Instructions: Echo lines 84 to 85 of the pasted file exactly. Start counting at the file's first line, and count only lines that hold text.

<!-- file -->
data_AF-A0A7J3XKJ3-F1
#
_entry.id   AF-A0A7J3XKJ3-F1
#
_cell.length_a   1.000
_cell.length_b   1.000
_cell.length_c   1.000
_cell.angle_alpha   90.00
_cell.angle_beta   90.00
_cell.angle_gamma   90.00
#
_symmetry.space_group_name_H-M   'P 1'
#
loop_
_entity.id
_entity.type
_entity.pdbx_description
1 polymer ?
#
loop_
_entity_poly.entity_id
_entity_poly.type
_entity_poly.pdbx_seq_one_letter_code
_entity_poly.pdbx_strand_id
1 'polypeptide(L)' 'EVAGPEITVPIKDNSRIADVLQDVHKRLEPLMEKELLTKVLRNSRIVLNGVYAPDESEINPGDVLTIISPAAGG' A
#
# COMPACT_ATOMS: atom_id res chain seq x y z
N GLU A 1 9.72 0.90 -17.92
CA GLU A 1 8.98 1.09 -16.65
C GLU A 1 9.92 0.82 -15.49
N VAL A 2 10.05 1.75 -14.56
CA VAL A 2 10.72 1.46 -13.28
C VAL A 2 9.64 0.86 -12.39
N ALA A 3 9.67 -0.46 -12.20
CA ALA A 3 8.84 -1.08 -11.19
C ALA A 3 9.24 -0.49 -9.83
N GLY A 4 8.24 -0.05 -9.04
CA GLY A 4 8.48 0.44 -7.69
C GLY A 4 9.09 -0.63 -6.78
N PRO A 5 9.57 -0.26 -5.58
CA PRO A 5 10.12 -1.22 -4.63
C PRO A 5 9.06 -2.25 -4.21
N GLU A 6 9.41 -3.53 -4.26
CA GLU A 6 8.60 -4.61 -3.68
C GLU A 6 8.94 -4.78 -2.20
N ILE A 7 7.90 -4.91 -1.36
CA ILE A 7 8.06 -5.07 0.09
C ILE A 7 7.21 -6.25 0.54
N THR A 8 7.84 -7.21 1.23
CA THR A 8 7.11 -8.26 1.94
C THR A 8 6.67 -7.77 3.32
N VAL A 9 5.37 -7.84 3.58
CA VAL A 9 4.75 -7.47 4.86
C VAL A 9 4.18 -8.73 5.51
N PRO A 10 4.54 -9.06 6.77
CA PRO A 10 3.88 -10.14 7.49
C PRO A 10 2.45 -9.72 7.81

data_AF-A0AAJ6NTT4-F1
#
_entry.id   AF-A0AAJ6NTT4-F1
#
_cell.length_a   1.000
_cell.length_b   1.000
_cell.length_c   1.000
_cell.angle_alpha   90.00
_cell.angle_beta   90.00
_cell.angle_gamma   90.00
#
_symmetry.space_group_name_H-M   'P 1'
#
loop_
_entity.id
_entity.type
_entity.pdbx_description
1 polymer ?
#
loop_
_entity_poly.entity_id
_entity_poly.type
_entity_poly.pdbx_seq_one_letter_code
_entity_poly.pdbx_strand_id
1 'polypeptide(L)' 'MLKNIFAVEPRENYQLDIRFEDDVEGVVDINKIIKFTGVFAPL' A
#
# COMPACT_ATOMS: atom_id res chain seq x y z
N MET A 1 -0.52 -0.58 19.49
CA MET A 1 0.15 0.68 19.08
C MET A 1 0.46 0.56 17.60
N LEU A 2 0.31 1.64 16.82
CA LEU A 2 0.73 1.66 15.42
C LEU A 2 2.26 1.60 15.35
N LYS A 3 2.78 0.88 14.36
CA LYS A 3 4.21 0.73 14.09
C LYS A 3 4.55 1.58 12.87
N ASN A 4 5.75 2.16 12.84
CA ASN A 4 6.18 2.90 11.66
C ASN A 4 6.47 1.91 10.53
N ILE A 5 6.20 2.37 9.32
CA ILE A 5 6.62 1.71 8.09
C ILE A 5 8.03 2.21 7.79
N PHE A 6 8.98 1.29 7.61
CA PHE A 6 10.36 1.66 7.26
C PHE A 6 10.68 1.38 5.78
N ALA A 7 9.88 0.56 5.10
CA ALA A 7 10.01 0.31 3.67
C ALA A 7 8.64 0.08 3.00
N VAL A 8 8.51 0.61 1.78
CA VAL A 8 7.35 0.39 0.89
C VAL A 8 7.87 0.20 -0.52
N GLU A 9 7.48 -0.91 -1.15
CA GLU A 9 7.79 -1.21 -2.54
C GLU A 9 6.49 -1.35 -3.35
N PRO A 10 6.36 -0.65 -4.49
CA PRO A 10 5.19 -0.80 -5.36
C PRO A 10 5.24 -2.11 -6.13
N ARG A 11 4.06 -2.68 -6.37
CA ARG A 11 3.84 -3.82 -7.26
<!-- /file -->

# COMPACT_ATOMS: atom_id res chain seq x y z
N MET A 1 -0.52 -0.58 19.49